The National Capital Commission unveiled today that RendezVous LeBreton Group held the highest-ranked bid to develop the LeBreton Flats area, vacant since the 1960s. The group and its competitor, Devcore Canderel DLS Group, duked it out to secure their visions of the large parcel of land.
The commission said it will officially enter into negotiations with RendezVous LeBreton, but emphasized that there is still a lot of work to be done.
The two short-listed proposals included a new arena for the Senators, a central library, and creative ideas for commercial, retail and residential space.
The commission lauded both groups on their “bold and ambitious” proposals.
Devcore Canderel’s Canadensis proposal included such eccentric perks as a skydiving tunnel, a Ripley’s aquarium, a skate park, and planetariums.
The RendezVous LeBreton Group’s IllumiNATION proposal, backed by Sens owner Eugene Melnyk, was more reserved and included an event centre, an Innovation Promenade highlighting scientific and technological invention, and a grandiose Abilities Centre accessible to all.
Inspired by this long-awaited decision for LeBreton Flats, Ottawa Magazine looks at some other high-profile proposals for our city. From bizarre to mundane, some died on the drawing board and others have yet to be signed, sealed, and (sometimes) demolished.
LeBreton Flats, circa 1962 – The new Diefenbaker government razed the area, considered a slum, in 1962 in order to build a new defence headquarters and multiple freeways. The plan fell through after negotiations between the National Capital Commission, regional and municipal governments stalled.
Ottawa Airport Rail Spur – a dream of many an Ottawan who wants to avoid the hefty cost of taxis or airport parking, the spur is dependent on federal cash that may be a long time in coming, despite support from local MPs. A delay in widening the Airport Parkway until 2020 due to cash flow issues will give more headaches to commuters.
The Daly Building – Originally home to Ottawa’s first department store in 1905 and later filled with civil servants, plans were numerous for this historic building located on the corner of Rideau and Sussex. Before its contentious demolition in the early 90s, plans included a hotel and conference centre, and it was even rumoured to be in the running for the Church of Scientology’s new downtown headquarters. Plans for a national aquarium, a glass teepee structure, and a permanent park at the site were later scrapped, and it was leased to Claridge Developments.
Read more about the Chicago-style building some loved to hate in our article.
National Portrait Gallery – The plan to build a national portrait gallery at the former U.S. embassy on Wellington Street, killed by the Conservative government in 2009, may be rising from the ashes after Environment Minister Catherine McKenna said she would find a use for the building in the near future. Library and Archives Canada has over 20,000 paintings, drawings and prints and millions of photographs that could be installed in the new gallery.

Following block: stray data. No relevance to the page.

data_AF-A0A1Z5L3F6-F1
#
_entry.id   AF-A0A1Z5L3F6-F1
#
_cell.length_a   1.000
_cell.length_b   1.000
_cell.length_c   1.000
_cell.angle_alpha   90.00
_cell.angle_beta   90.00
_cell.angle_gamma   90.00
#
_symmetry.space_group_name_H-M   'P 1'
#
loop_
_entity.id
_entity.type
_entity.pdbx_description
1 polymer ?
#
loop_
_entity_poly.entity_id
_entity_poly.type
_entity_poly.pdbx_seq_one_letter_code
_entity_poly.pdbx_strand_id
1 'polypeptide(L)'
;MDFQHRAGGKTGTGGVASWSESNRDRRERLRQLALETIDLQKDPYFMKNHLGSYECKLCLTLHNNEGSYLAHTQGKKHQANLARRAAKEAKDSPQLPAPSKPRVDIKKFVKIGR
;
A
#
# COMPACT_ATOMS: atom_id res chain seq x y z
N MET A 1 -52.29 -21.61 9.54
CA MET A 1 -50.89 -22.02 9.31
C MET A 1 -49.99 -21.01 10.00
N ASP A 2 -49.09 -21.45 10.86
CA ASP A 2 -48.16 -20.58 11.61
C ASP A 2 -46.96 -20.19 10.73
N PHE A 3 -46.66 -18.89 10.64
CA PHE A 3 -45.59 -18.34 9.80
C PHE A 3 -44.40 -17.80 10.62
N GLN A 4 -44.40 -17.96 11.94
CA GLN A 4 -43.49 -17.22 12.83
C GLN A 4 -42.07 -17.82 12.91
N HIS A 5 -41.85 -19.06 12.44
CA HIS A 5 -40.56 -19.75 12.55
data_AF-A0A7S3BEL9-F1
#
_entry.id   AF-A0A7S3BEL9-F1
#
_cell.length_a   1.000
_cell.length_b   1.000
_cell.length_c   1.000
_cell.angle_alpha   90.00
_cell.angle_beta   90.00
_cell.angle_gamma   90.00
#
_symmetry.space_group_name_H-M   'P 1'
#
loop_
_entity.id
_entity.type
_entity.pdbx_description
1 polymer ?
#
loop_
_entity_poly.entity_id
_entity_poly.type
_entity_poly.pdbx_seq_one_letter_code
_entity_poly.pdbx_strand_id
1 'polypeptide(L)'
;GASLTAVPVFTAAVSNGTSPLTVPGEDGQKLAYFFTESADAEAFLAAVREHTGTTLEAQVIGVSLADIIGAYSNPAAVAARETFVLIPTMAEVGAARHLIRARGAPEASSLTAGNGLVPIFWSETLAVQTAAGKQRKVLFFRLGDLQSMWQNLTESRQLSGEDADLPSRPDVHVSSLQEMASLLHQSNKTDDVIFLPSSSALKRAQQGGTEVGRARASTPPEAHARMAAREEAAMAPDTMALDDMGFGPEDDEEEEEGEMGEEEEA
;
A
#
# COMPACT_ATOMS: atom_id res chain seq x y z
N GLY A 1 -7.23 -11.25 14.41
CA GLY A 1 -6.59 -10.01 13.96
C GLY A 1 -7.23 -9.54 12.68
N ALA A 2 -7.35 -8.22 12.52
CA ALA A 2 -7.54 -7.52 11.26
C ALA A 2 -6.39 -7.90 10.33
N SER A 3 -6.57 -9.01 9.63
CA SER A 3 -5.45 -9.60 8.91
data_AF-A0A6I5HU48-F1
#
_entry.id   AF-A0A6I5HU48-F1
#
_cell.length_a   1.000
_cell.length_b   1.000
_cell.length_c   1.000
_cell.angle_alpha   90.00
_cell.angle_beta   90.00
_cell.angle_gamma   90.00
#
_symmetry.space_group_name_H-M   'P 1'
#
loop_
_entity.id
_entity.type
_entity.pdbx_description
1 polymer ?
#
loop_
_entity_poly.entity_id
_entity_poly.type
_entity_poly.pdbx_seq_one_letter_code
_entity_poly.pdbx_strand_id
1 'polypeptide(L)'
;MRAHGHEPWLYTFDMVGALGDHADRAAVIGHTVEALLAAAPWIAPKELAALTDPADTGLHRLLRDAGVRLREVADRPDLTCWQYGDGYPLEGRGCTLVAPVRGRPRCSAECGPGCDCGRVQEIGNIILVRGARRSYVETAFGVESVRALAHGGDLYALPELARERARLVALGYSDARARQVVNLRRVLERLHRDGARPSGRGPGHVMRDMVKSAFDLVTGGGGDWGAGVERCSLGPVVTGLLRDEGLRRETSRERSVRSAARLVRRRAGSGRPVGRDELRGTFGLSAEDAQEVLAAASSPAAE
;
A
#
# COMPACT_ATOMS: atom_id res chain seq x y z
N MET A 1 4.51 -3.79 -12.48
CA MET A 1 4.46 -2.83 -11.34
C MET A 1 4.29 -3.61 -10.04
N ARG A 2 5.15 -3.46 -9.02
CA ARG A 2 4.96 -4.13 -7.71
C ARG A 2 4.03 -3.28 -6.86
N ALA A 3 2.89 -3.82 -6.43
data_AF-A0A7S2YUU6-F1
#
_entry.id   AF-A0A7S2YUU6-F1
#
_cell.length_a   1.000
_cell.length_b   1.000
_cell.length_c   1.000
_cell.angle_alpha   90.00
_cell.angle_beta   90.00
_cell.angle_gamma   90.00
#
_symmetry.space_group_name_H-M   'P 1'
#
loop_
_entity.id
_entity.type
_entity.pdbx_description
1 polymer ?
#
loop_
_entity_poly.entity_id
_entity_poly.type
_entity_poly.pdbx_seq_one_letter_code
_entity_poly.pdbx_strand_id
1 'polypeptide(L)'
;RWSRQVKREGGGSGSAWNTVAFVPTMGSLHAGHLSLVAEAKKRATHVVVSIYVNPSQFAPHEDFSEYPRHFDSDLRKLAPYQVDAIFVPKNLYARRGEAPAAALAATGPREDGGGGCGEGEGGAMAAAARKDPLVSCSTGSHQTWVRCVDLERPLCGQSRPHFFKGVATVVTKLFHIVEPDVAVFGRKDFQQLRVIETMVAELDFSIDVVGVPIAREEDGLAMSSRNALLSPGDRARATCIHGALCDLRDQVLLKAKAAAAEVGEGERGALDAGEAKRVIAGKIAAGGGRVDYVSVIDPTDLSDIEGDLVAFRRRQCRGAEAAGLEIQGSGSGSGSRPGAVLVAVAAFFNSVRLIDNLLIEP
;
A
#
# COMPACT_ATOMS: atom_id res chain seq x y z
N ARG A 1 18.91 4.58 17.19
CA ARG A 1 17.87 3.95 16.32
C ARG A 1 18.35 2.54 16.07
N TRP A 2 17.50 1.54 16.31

Interprovincial truck tunnel – The city wants to diminish loud, smelly and potentially dangerous truck traffic between Ottawa and Gatineau by building a tunnel underneath King Edward heading north to the Macdonald-Cartier Bridge, or one starting at Laurier Avenue and running underneath the ByWard Market. The city will find out the price tag when the tunnel assessment study comes out this spring.
The Great Stadium Debate: It was Landsdowne vs. Kanata in 2008. Owner Eugene Melnyk of the Ottawa Senators duked it out with CFL team investors in a soccer vs. football stadium bid. Melnyk’s plan to build a 30,000-seat soccer stadium in Kanata and bring a Major League Soccer franchise was challenged by the group’s proposal to revitalize then-decrepit Landsdowne Park and bring a CFL team back to the city. Now it’s all Redblacks history.
Find out more about how Redblacks players heart Ottawa city and the stadium that won the battle.
Victims of Communism Memorial: The Harper government’s plan to build a hulking memorial to victims of communism became controversial due to its subject matter and the decision to build it on land originally set aside for a new federal court building. The newly-anointed Liberal government rejected the site, and today the NCC approved building the memorial at the Garden of the Provinces and Territories. The memorial will be smaller, less expensive, and boast a different design yet to be approved by the NCC.
Read more in Matt Harrison’s take on the memorial’s “revisionism” of Canadian history.
It’s your turn, Ottawa! Use your social media savvy to Tweet or Facebook Ottawa Magazine about city proposals you’ve rooted for, hated or just found plain weird.